Looking first at the table’s seventh column, the DRC+ update added to Cabrera’s totals, not infrequently by double digits, in every season save two minor decreases in 2007 and 2014. Looking next to the table’s final column, though, there isn’t really a consistent correlation between either the direction or magnitude of the update’s DRC+ adjustments and WARP; indeed, in 2008 and 2012, the update resulted in increases in Cabrera’s DRC+ but decreases in WARP. As the totals in the bottom row indicate, however, overall, the DRC+ update boosted Cabrera’s career WARP total by 1.8 wins. Not bad.

Here I will add the same caveat I included in my previous article on this subject, which is that I don’t have a deep enough understanding of DRC+, a proprietary metric, to explain with any further detail why this happened. (I also will note that, because BP does not archive its statistical reports from prior metric regimes, the foregoing is reliant on data previously captured by Archive.org’s Wayback Machine and me.)

What outsiders like us can say is that the Deserved-Runs-Created era has been good to Cabrera, from validating his MVP wins over Mike Trout to restoring all of his season-by-season WARP numbers into the black to, following yesterday’s update, increasing his career WARP total. None of this is likely to stir any concern on the parts of Al Avila or Chris Ilitch that Cabrera suddenly is on track to challenge for MVP votes in 2023 such that his $30 million option for his age-forty-one season in 2024 will vest, but the growing– even if by very small amounts– recognition of Cabrera’s past achievements is nice to see.

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Previously
Miguel Cabrera further bolstered by sabermetric update
Trout vs. Cabrera, and Aging with DRC+ (via Baseball Prospectus)

Cooperstown Kibitzing: Sheff vs. Man-Ram

Paraphrasing scripture, David Crosby wrote in reference to the months of January and February vis-a-vis the baseball media, “to every offseason there is a season, churn, churn, churn,” and so we find ourselves in that season of a season when the game is unplayed, the transactions are slow, and meta-speculation abounds. MLB is set to announce its 2019 Hall of Fame class this evening, which means everybody who’s nobody is talking about the publicized selections of everybody who’s very slightly somebody solely by virtue of having a hall-of-fame vote, which led me to the shared ballot of known typer of baseball words Bob Nightengale, whose selections were surprisingly inoffensive. These days, the things to look for to get a quick read on a voter are whether he or she included or excluded Barry Bonds, Roger Clemens, Mike Mussina, and Edgar Martinez. There are a bunch of names on the ballot, and voters may vote for as many as ten, but I think the quickest way to get a feel for the type of person the voter is is to check the selections on those four players. If you somehow care, Bob was in on all four of those guys.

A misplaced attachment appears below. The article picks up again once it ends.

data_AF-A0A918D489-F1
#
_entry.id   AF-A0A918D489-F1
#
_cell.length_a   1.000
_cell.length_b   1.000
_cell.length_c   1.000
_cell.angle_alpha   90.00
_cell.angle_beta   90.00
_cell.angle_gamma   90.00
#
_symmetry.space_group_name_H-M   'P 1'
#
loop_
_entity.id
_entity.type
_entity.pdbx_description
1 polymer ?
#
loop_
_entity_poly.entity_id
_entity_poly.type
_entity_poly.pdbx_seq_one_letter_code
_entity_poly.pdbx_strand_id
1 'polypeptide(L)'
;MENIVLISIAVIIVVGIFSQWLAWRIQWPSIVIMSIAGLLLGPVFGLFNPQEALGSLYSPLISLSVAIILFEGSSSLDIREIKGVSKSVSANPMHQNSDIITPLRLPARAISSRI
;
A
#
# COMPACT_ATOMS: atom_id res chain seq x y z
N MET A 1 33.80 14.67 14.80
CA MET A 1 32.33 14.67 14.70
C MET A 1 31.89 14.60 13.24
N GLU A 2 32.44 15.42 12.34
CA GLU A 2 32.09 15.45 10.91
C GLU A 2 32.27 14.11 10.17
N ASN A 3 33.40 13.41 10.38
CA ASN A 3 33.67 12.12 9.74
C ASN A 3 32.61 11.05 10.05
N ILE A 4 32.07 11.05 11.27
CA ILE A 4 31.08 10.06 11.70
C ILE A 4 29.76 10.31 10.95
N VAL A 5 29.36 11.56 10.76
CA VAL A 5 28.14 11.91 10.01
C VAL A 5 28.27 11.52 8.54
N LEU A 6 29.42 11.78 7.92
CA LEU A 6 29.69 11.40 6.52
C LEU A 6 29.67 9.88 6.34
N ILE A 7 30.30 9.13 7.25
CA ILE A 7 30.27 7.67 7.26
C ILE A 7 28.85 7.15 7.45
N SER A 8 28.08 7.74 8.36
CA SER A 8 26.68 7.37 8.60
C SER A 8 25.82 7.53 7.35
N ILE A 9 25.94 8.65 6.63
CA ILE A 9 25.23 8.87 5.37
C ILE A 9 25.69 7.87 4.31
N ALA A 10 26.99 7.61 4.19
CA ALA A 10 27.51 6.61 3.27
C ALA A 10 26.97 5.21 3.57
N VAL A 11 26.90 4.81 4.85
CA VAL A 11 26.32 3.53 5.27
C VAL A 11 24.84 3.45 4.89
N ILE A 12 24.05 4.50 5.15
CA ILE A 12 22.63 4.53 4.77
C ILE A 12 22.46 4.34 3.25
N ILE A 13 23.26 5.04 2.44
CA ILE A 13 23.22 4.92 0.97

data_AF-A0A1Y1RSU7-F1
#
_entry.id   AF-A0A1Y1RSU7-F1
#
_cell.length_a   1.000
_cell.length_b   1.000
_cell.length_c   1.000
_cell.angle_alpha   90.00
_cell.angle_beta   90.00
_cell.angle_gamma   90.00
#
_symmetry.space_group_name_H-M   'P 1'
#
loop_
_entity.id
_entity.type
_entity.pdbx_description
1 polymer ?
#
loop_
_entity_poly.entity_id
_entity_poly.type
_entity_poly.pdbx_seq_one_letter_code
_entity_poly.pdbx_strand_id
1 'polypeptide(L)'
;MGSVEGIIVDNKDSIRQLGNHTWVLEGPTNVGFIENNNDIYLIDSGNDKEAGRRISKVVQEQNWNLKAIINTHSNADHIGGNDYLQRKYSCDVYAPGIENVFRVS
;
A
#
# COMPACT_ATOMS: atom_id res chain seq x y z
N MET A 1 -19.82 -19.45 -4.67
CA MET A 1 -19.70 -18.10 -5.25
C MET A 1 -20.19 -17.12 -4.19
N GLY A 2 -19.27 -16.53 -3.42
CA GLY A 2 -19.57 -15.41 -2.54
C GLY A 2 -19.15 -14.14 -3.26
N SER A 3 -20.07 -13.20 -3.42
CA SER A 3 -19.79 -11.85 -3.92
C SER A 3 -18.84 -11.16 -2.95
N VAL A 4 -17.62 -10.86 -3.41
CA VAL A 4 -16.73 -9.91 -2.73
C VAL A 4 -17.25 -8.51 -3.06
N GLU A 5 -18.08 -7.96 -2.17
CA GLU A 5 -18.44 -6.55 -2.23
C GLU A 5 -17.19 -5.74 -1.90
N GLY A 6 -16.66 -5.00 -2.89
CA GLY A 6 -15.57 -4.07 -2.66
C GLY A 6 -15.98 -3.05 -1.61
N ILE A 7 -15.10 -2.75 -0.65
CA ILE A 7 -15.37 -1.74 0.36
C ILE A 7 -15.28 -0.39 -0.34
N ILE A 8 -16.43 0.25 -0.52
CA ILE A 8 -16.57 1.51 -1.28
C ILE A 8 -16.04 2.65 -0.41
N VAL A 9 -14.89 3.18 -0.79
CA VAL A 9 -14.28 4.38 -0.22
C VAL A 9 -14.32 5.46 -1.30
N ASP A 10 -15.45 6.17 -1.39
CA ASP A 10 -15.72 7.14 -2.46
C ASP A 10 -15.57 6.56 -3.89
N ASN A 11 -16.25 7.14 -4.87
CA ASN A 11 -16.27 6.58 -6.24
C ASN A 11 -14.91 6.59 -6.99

The selection/non-selection combination that caught my eye was the vote for Gary Sheffield and no-vote for Manny Ramirez. To be clear, I do not care about how Bob voted, and it’s a testament to the failed human experiment that is the internet (probably) how quickly the cult-like obsession around the publicization of MLB HOF ballots has dissipated into wait-was-it-ever-even-a-story? status, but this ballot pairing is interesting to me in part because it wasn’t surprising that any eligible voter would choose Sheffield over Ramirez, even though I think Ramirez probably has a better resume and, in any event, they’re pretty close. Here’s how they stack up on a series of potentially relevant factors:

sheffield ramirez

Sheffield has Ramirez by a few seasons and about a hundred hits, which, at those levels, should not be discounted, but things otherwise look pretty good for Manny. I don’t know if either of these guys deserves a plaque in Cooperstown, but if you think Sheffield does, maybe it makes sense for you to think Ramirez does too? Or maybe you just have a weird thing for mid-aughts Tigers. Maybe it’s Sheffield’s work as a World War I historian that tips the scales for today’s writer-voters. Who knows.

My guesses for who will make the cut tonight? (you didn’t ask): Mussina, Martinez, Mariano Rivera, and Roy Halladay. Tune into MLB Network at six if you want the full scoop.

UPDATE: My guesses were correct.

Miguel Cabrera further bolstered by sabermetric update

A recent update to the way Baseball Prospectus evaluates offensive production already has resulted in the retroactive revision of one of baseball’s biggest conversations in favor of Miguel Cabrera. Could there be other aspects of Cabrera’s track record that shine more brightly after this update? Yes there could, I explain in my latest post at Banished to the Pen, which looks at Cabrera’s standing among the game’s all-time elite.

The full post is available here.